Things were looking rather bleak, and the entire stunt seemed to be in jeopardy, when, in a scene straight out of a movie, in sauntered twenty-two-year-old Jerry Linker, a third-generation farrier who had been shoeing horses and riding bulls since he was nine. Oozing Rip Wheeler Yellowstone vibes, without asking permission Linker tore off the saddle, tossed it aside, and leapt up on the massive, stunned horse. After effortlessly commanding the suddenly submissive beast around the ring, Linker stopped on a dime in front of the judge’s dais, stood up on the horse’s back, and, to a chorus of gasps, dismounted with a backflip.
Humpy Wheeler was in love.
He had found his Captain Jack.
“Jerry was brash and totally bad to the bone, which is kinda how I had al- ways imagined what Captain Jack must have been like,” says Karen Linker, Jerry’s eighth (and final) wife. “To just stand up in a bar and go, ‘Sure, I’ll ride five hundred miles and risk my life for this cause. Why not?’ That was Jerry too. He was unnaturally strong. He was a frontier justice, Let’s Freakin’ Go kinda guy too. They totally picked the right guy for this ride—both times.”
In some ways Captain Jerry was every bit the legend Captain Jack was. He was supposed to grow a full beard for the 1975 ride but couldn’t because his cheeks were covered in scar tissue from a fire when he was sixteen. At eighteen a bull fell on him and crushed his spine. Scheduled for surgery, Jerry waltzed out of the hospital with the back of his gown flapping in the wind. He let his back heal on its own, which resulted in a curved and calcified spine that shrunk him by a full two inches.
Today, Jerry lives in a tiny apartment in Georgetown, Kentucky, with a long-since-retired horse trailer and truck parked out front. He’s only seventy. But just like that banged-up, rusted-out pickup of his, Jerry packed a ton of miles into those seventy years, and they seem to have finally caught up to him. After months of back-and-forth scheduling, we finally found a window to talk in person in between his bouts of Covid-19, a stroke, and surgeries to place a shunt in his brain. “Back then I didn’t believe in fear, and I didn’t believe in pain,” Jerry tells me. “Back then if it didn’t have two legs and was hot, or four legs and was wild, I didn’t want nothing to do with it.”
In the weeks leading up to his 1975 ride, Jerry was described by reporters as a trucker, a college student, a rodeo rider, a blacksmith, a horse trainer, and a salesman—none of which was completely true. A third of his family members back in Texas were said to be in jail, except his grandma, who was locked away in an asylum. Jerry was a standout quarterback in high school. But when he begged to skip his farm chores for a day to attend his football team’s award ceremony, family legend says his father decked him just for daring to make the request. Jerry got up, walked to the banquet, and never returned home. Of his seven marriages before he met Karen, the longest one lasted two years. The shortest, two weeks.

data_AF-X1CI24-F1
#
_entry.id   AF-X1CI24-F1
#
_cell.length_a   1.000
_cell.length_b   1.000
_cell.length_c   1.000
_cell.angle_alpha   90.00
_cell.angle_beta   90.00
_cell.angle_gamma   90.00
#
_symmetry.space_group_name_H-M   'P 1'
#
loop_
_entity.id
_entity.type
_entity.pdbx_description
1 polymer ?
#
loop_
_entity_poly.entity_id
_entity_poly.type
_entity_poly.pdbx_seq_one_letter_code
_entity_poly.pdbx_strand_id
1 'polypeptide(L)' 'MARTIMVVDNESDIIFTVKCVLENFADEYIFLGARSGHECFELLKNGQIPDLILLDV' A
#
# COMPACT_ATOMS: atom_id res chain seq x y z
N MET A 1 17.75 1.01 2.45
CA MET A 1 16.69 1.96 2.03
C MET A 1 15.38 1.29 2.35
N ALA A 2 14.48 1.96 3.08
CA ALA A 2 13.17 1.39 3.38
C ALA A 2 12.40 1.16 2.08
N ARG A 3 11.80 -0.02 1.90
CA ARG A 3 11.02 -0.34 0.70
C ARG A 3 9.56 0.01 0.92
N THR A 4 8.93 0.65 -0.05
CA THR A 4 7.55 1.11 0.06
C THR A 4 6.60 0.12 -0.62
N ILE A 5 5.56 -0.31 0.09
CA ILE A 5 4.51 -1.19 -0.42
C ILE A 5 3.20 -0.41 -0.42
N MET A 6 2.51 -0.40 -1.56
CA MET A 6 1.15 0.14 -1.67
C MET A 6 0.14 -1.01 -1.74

“At times, like with the MecDec, he did seem like a larger-than-life superhero, just a slightly deranged, schizoaffective, not necessarily all that pleasant superhero,” says his daughter Valerie Linker who, if you couldn’t tell, is studying psychology at the University of Kentucky. “He was very much the center of attention everywhere he went. So, naturally, he loved being Captain Jack. And he was great at it, he really was. I’m his daughter and I wouldn’t say I necessarily like him all the time, but even I have to admit he was pretty darn charming.”
From the moment that backflip literally landed him the job, Linker was all-in on the role of his lifetime. For two months, he rode Sharek through downtown Charlotte to acclimate him to traffic, noise, and well-wishers. In preparation for his press conferences and public speaking along the route, Linker read all he could on Charlotte and the Mecklenburg Declaration of Independence. And to help him recover from the extreme heat, the committee stuffed his saddlebag with salts, potassium pills, and extra vitamins, which Linker may have occasionally supplemented with his own stash.
It was the ’70s, after all. And this poor guy had to sleep in farmhouses and ride an 850-pound horse down a highway shoulder for a month while looking like a member of the Village People in wool knee britches, a tri-cornered hat, and a puffy shirt. “Hated the outfit,” says Valerie. “Said it made him look like a sissy.” A new, up-and-coming Vegas oddsmaker named Jimmy “The Greek” Snyder gave Linker and Sharek only a fifty-fifty chance of completing the MecDec mission. “It’s hard to grasp how deadly it was what Captain Jack did. The British woulda killed him in a heartbeat, no questions asked,” says Jerry, who today looks like an older version of John Adams if he were on vacation at a dude ranch. “I just wanted to make it so that people could get a grip on what Captain Jack did for his country. I needed people to know that.”
As part of the bicentennial celebration, Humpy’s committee built a full-scale re-creation of the original Charlotte courthouse featuring a stair- case identical to the one where Thomas Polk formally proclaimed our in- dependence on May 20, 1775. Two hundred years and eleven days later, in front of fifty local dignitaries and the marching band from Independence High School, Linker stuffed a copy of the MecDec in his saddlebag and trotted off north on Tryon Street to Route 29 where, a few miles up the road, he and Sharek passed Sugaw Creek Presbyterian Church on their way to Winston-Salem.